Assistant Managing Editor

VANCOUVER, British Columbia - In just a couple of weeks, the rest of the world will converge here for the 2010 Winter Olympics - the city already is closing off streets and putting the final touches on new construction - and the Westin Bayshore hotel on Coal Harbor will welcome members of the International Olympic Committee.

But this week, attendees of the BioPartnering North America conference get to see the city "all dressed up but without the crowds," as Moira Stilwell, Vancouver's minister of advanced education and labor market put it, as they schedule meetings with what could become future partners.

The Olympic schedule pushed up the annual conference, this year coming on the heels of J.P. Morgan, and conference goers evinced a similar sort of cautious optimism as they made their way to the opening session Monday morning, all hoping that 2010 will prove better than 2009 in terms of financings and deals.

The National Venture Capital Association recently reported that biotech investments declined 19 percent last year compared to 2008 - the fact that biotech was the largest investment sector was a silver lining - with $3.5 billion in venture capital raised in 406 deals.

Figures from BioWorld Insight put the year's total public and private fundraising at $17.6 billion, just barely enough to keep the industry going, according to Mike McCully, senior manager at Deloitte Recap LLC.

If the sector is unable to raise at least $17 billion per year, "we're in trouble," he said. "That's the target . . . what the biotech industry needs to keep the lights on."

But the increasing partnering dollars has helped. In the past five years, up-front payments have averaged a total of about $3 billion.

And while it looked like 2009 numbers might fall well below, the industry was saved by a surprise fourth-quarter surge in dealmaking - 75 deals at a total value of $15 billion, McCully said.

Of course, companies have to have cash to be attractive to partners, especially as big pharma and big biotechs look for more risk-sharing deals, a trend that is "of biotech's own making," McCully said. Firms have sought over the past decade to keep certain rights and participate in profit-sharing arrangements, so now those are part of the transaction model, he added.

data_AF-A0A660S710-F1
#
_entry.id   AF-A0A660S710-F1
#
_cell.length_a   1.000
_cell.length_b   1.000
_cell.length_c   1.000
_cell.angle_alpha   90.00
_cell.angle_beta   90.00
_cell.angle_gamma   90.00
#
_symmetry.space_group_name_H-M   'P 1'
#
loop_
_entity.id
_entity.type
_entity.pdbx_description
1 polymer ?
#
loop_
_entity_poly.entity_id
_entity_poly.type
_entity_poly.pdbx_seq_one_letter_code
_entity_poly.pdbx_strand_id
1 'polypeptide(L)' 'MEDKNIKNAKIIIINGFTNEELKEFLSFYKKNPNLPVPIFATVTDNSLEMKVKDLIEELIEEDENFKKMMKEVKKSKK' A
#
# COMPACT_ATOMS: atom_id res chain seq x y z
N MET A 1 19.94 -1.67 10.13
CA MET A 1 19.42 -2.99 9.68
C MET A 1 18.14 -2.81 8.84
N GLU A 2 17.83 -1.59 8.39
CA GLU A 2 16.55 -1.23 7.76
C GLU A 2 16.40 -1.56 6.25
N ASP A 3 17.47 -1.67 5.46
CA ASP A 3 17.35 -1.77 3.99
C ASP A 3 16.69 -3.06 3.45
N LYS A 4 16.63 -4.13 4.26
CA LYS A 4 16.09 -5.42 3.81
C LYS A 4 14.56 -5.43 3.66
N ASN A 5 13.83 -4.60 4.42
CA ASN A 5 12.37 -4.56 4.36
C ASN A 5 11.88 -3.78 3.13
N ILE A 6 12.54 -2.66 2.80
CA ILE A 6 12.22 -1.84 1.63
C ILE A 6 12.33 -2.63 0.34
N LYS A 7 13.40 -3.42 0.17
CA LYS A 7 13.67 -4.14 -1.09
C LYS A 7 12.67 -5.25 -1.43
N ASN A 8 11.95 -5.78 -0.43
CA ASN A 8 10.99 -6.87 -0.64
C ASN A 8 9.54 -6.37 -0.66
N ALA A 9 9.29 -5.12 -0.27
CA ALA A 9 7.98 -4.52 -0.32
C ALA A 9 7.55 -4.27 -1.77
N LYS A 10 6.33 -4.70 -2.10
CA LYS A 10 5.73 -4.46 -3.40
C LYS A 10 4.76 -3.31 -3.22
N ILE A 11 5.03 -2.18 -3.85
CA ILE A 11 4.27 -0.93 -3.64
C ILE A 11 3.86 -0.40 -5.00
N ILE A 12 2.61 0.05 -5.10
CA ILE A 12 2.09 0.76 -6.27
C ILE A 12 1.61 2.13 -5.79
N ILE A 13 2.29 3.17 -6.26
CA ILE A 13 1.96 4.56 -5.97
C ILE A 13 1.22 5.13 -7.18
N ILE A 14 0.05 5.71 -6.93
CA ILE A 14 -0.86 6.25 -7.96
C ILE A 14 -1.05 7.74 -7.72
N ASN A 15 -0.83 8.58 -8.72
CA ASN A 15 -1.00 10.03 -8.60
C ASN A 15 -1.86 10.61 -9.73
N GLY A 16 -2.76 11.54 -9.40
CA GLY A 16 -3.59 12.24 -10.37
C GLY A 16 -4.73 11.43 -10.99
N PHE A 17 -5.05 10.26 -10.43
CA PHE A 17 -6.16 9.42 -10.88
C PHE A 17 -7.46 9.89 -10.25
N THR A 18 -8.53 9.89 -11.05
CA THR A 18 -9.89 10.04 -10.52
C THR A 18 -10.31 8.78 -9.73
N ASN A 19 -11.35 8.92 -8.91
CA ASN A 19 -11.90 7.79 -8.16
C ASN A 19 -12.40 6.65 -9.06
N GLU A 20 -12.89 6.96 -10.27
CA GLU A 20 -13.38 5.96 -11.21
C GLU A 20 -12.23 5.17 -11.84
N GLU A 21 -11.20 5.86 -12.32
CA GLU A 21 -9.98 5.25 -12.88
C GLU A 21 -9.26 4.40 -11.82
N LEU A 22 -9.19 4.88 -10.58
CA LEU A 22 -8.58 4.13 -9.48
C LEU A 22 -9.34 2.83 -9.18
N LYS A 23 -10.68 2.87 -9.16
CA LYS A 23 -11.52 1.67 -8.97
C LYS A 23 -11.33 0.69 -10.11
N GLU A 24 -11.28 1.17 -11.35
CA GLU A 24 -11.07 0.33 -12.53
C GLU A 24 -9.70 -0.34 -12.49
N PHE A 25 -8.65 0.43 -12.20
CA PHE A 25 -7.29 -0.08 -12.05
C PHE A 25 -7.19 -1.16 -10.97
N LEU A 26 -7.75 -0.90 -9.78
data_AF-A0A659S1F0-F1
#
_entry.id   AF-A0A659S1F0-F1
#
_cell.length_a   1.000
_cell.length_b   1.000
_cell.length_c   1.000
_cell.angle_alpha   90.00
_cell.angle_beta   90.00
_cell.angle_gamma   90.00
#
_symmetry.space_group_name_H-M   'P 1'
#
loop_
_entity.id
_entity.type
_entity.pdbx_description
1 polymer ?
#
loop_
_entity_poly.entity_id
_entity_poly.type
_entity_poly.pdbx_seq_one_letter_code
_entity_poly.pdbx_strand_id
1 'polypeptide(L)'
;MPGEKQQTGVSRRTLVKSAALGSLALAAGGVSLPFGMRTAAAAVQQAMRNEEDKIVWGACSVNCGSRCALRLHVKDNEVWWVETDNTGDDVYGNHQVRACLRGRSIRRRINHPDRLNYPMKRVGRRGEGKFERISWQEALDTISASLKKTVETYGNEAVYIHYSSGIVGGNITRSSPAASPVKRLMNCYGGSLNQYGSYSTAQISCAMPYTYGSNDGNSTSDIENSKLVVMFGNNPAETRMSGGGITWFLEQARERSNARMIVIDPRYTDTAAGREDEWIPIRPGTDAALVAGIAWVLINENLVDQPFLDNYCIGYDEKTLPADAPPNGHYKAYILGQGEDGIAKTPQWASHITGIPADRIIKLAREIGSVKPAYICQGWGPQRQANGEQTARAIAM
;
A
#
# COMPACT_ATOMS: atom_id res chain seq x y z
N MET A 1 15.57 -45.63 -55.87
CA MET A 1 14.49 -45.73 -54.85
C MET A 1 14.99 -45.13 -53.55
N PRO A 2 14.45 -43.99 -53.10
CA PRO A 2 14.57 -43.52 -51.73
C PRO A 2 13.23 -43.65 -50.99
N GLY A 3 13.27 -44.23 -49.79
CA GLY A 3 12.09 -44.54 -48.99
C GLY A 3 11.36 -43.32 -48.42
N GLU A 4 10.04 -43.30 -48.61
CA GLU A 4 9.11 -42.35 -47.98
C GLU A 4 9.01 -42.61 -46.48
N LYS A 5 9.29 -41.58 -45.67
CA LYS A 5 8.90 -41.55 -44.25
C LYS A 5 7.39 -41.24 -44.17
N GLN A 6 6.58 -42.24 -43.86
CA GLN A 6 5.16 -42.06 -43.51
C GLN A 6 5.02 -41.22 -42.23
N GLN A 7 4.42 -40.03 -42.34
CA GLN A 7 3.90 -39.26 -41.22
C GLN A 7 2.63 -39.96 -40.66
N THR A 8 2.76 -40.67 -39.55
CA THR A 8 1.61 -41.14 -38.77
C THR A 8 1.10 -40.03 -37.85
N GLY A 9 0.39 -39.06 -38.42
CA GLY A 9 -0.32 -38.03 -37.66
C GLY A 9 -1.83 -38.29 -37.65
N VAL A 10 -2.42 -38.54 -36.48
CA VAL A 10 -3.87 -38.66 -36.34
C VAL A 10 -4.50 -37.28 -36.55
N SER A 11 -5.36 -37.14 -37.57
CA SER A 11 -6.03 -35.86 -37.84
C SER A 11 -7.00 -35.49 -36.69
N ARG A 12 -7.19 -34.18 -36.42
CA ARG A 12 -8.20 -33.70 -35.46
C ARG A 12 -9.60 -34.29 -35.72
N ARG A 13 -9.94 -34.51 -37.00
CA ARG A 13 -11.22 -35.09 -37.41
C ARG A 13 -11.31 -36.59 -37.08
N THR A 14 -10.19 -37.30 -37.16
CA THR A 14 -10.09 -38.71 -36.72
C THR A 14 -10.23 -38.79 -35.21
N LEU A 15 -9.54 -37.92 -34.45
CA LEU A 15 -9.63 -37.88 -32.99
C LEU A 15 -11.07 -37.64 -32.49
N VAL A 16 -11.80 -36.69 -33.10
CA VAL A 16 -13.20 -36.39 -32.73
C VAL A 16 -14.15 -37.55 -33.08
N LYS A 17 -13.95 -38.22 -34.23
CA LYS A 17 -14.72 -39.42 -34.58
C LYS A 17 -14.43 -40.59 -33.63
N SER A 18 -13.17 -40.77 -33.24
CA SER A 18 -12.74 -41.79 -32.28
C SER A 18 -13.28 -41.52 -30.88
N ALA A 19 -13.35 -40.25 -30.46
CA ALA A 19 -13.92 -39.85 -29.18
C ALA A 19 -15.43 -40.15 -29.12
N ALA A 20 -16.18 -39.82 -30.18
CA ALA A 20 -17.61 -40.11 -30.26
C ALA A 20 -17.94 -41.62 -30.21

Fortunately, some positive data can go a long way. Incyte Corp., for example, had been trading at a meager $2 per share at the start of 2009, with limited cash and overhanging debt. But the Wilmington, Del.-based firm reported a series of promising proof-of-concept trials for several programs, including JAK inhibitor, INCB18424, which helped it close a $540 million financing in September to boost cash and restructure debt, McCully said. (See BioWorld Today, Sept. 28, 2009.)

And in the fourth quarter, Incyte managed to close two deals - one with Novartis AG and one with Eli Lilly and Co. - picking up total cash payments of about $300 million. (See BioWorld Today, Nov. 30, 2009, and Dec. 22, 2009.)

Among big pharma firms, Novartis, of Basel, Switzerland, was particularly busy in the fourth quarter, signing seven deals, with a total value of $2.4 billion and total up-front payments of $434 million.

Only London-based GlaxoSmithKline plc was busier. It signed nine deals, with a total value of $2.8 billion, spending $164 million up front.

But there were some big players conspicuously absent in the latter half of 2009, meaning they could be on the lookout for in-licensing deals this year. Whitehouse Station, N.J.-based Merck & Co. Inc., for instance, is "looking at some major dealmaking in 2010," McCully said.

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